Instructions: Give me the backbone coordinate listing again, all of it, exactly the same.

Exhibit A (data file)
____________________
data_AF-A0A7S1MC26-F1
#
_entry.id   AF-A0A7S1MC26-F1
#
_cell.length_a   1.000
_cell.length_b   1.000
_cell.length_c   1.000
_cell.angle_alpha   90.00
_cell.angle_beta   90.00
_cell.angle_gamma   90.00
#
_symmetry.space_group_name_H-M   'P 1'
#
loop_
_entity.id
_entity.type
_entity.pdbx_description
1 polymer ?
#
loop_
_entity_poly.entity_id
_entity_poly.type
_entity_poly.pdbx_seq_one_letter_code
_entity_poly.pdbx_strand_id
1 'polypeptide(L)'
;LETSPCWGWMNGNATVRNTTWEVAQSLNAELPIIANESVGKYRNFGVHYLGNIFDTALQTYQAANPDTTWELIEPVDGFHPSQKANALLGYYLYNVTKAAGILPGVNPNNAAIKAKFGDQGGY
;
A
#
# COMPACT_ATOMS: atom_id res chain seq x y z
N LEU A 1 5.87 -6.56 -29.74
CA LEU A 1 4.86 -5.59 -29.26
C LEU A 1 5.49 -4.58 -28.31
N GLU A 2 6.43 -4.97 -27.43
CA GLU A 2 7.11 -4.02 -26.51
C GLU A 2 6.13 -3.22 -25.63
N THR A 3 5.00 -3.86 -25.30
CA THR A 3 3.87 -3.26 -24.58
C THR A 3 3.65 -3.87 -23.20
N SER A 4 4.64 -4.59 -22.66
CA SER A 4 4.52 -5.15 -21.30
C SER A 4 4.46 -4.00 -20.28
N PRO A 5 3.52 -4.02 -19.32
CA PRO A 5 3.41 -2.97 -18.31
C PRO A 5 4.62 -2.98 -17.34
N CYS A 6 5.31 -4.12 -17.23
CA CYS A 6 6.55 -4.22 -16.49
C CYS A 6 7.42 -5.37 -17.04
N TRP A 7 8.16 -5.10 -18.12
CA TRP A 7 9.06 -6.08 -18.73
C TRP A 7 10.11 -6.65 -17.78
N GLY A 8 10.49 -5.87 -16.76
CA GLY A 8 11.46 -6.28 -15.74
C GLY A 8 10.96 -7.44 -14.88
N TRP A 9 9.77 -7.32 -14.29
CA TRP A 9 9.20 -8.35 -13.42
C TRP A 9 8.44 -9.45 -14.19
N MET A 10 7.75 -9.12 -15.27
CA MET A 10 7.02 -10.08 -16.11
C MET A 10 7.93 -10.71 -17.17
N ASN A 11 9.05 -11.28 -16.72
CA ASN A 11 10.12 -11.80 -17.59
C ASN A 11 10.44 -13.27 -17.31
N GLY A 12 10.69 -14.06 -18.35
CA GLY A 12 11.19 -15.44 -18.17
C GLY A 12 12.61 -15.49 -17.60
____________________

data_AF-A0A7S1MC26-F1
#
_entry.id   AF-A0A7S1MC26-F1
#
_cell.length_a   1.000
_cell.length_b   1.000
_cell.length_c   1.000
_cell.angle_alpha   90.00
_cell.angle_beta   90.00
_cell.angle_gamma   90.00
#
_symmetry.space_group_name_H-M   'P 1'
#
loop_
_entity.id
_entity.type
_entity.pdbx_description
1 polymer ?
#
loop_
_entity_poly.entity_id
_entity_poly.type
_entity_poly.pdbx_seq_one_letter_code
_entity_poly.pdbx_strand_id
1 'polypeptide(L)'
;LETSPCWGWMNGNATVRNTTWEVAQSLNAELPIIANESVGKYRNFGVHYLGNIFDTALQTYQAANPDTTWELIEPVDGFHPSQKANALLGYYLYNVTKAAGILPGVNPNNAAIKAKFGDQGGY
;
A
#
# COMPACT_ATOMS: atom_id res chain seq x y z
N LEU A 1 5.87 -6.56 -29.74
CA LEU A 1 4.86 -5.59 -29.26
C LEU A 1 5.49 -4.58 -28.31
N GLU A 2 6.43 -4.97 -27.43
CA GLU A 2 7.11 -4.02 -26.51
C GLU A 2 6.13 -3.22 -25.63
N THR A 3 5.00 -3.86 -25.30
CA THR A 3 3.87 -3.26 -24.58
C THR A 3 3.65 -3.87 -23.20
N SER A 4 4.64 -4.59 -22.66
CA SER A 4 4.52 -5.15 -21.30
C SER A 4 4.46 -4.00 -20.28
N PRO A 5 3.52 -4.02 -19.32
CA PRO A 5 3.41 -2.97 -18.31
C PRO A 5 4.62 -2.98 -17.34
N CYS A 6 5.31 -4.12 -17.23
CA CYS A 6 6.55 -4.22 -16.49
C CYS A 6 7.42 -5.37 -17.04
N TRP A 7 8.16 -5.10 -18.12
CA TRP A 7 9.06 -6.08 -18.73
C TRP A 7 10.11 -6.65 -17.78
N GLY A 8 10.49 -5.87 -16.76
CA GLY A 8 11.46 -6.28 -15.74
C GLY A 8 10.96 -7.44 -14.88
N TRP A 9 9.77 -7.32 -14.29
CA TRP A 9 9.20 -8.35 -13.42
C TRP A 9 8.44 -9.45 -14.19
N MET A 10 7.75 -9.12 -15.27
CA MET A 10 7.02 -10.08 -16.11
C MET A 10 7.93 -10.71 -17.17
N ASN A 11 9.05 -11.28 -16.72
CA ASN A 11 10.12 -11.80 -17.59
C ASN A 11 10.44 -13.27 -17.31
N GLY A 12 10.69 -14.06 -18.35
CA GLY A 12 11.19 -15.44 -18.17
C GLY A 12 12.61 -15.49 -17.60